The Canadian Press - ONLINE EDITION

Mexico lays out energy reform rules for private companies

  • Print

MEXICO CITY - The Mexican government on Wednesday unveiled its proposed rules for a historic opening of the state-owned oil and energy industry, saying contracts and production licenses should be put out for public bid and go to the company that offers the best return.

Energy Secretary Pedro Joaquin Coldwell said the service station monopoly of state-owned Petroleos Mexicanos would fade only gradually as the necessary distribution and other infrastructure is made ready. Private companies will not be allowed to immediately open gas stations to compete with it.

Joaquin Coldwell said that Mexican suppliers would be given preference in contracts over foreign firms in cases where both offer the same terms. And he said that Mexico would seek a goal of ensuring 25 per cent "national content" goal in energy projects.

The rules must still be approved by Congress.

Mexico nationalized the oil industry in 1938, but in recent years Petroleos Mexicanos has struggled with falling oil production and an inability to harness new gas and oil deposits in deep ocean water or in shale deposits. And more than seven decades of state ownership have neither ensured prosperity for Mexico nor provided low gas and oil prices. A bloated union, corruption within the state-owned oil company and the government's dependence on oil revenues to fund public spending have reduced any benefits that might have trickled down to the average citizen.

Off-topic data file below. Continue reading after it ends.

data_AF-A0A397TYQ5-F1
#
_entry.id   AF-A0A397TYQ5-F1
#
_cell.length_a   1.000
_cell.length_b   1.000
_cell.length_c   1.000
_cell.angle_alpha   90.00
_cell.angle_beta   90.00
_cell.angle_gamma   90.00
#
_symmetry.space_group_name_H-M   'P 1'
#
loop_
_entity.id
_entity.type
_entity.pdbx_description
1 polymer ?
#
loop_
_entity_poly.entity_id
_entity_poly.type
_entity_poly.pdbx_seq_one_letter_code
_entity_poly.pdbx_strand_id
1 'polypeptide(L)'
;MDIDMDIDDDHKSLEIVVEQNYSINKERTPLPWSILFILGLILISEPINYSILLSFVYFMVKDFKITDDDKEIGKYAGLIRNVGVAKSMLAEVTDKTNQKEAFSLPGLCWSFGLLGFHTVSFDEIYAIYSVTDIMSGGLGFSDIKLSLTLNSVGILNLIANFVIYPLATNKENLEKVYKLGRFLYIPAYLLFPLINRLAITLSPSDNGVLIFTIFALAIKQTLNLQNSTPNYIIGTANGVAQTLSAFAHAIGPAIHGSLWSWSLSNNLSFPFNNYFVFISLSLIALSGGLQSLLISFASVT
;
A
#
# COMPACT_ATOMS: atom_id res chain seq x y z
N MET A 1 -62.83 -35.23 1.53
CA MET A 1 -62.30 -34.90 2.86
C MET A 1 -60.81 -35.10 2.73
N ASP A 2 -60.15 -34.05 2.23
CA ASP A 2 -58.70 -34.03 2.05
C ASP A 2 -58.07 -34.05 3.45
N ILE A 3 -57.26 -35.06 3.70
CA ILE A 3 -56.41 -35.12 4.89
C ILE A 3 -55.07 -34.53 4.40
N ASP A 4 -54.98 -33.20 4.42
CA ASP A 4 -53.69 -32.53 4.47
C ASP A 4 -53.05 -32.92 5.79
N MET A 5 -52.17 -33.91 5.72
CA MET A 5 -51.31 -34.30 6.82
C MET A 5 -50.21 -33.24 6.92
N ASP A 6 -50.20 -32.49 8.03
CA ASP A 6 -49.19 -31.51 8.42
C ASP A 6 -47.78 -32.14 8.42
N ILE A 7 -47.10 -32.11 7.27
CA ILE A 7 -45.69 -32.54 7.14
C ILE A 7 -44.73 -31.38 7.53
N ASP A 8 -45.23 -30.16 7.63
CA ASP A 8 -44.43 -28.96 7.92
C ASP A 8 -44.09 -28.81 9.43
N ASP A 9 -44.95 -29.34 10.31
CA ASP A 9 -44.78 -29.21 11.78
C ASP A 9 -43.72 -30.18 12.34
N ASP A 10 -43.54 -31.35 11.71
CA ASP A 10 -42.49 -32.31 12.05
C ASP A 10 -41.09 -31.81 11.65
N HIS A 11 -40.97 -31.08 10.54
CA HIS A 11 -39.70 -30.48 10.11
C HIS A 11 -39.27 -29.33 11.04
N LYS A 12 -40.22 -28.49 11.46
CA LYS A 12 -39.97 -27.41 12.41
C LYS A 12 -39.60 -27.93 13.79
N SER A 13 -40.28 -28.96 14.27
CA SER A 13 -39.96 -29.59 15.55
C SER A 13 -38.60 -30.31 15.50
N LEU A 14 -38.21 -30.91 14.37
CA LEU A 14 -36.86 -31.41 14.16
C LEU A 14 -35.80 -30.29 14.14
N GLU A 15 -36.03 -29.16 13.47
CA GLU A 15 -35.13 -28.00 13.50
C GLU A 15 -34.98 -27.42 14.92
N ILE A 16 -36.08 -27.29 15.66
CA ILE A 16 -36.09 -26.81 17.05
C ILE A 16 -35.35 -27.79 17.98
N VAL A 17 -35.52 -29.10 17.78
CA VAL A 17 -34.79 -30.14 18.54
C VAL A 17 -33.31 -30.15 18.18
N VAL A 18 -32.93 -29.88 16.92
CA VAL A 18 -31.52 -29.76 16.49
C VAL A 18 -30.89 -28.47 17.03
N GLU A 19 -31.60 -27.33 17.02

The proposed regulations aim to make the oil industry more transparent by make information on projects and bidding available to the public on the internet.

"I think it is viable to have everything on the internet. That's good. That's very important," said Mexico City oil analyst David Shields. "This has worked better than most people think."

Still, it remains to be seen whether foreign and private firms will rush to develop Mexico's underdeveloped fields.

"Once you see what's put up for bid, that's when you'll see how attractive it is," said Shields, who expects the Mexican government to offer a mix of deep-water exploration blocks, shale gas deposits and other types of fields in the opening rounds.

Shields said the automatic preference for Mexican contractors, suppliers and bidders didn't make much sense, since it is based on the concept of 'all other things being equal.'

"All other things are never equal," said Shields. "In a competitive bidding process it's almost unheard of for two companies to offer exactly the same thing."

A constitutional reform passed last year allows contracts for profit- and production-sharing, as well as licenses, in which companies pay royalties and taxes to the Mexican government for the right to explore and drill. Pemex would get first consideration for licenses.

Many Mexicans remain suspicious of the reforms. On Monday, Oscar-winning Mexican movie director Alfonso Cuaron published a full-page advertisement in Mexican newspapers questioning the energy reform, asking "when will prices for gas, gasoline, fuel oil and electricity come down?"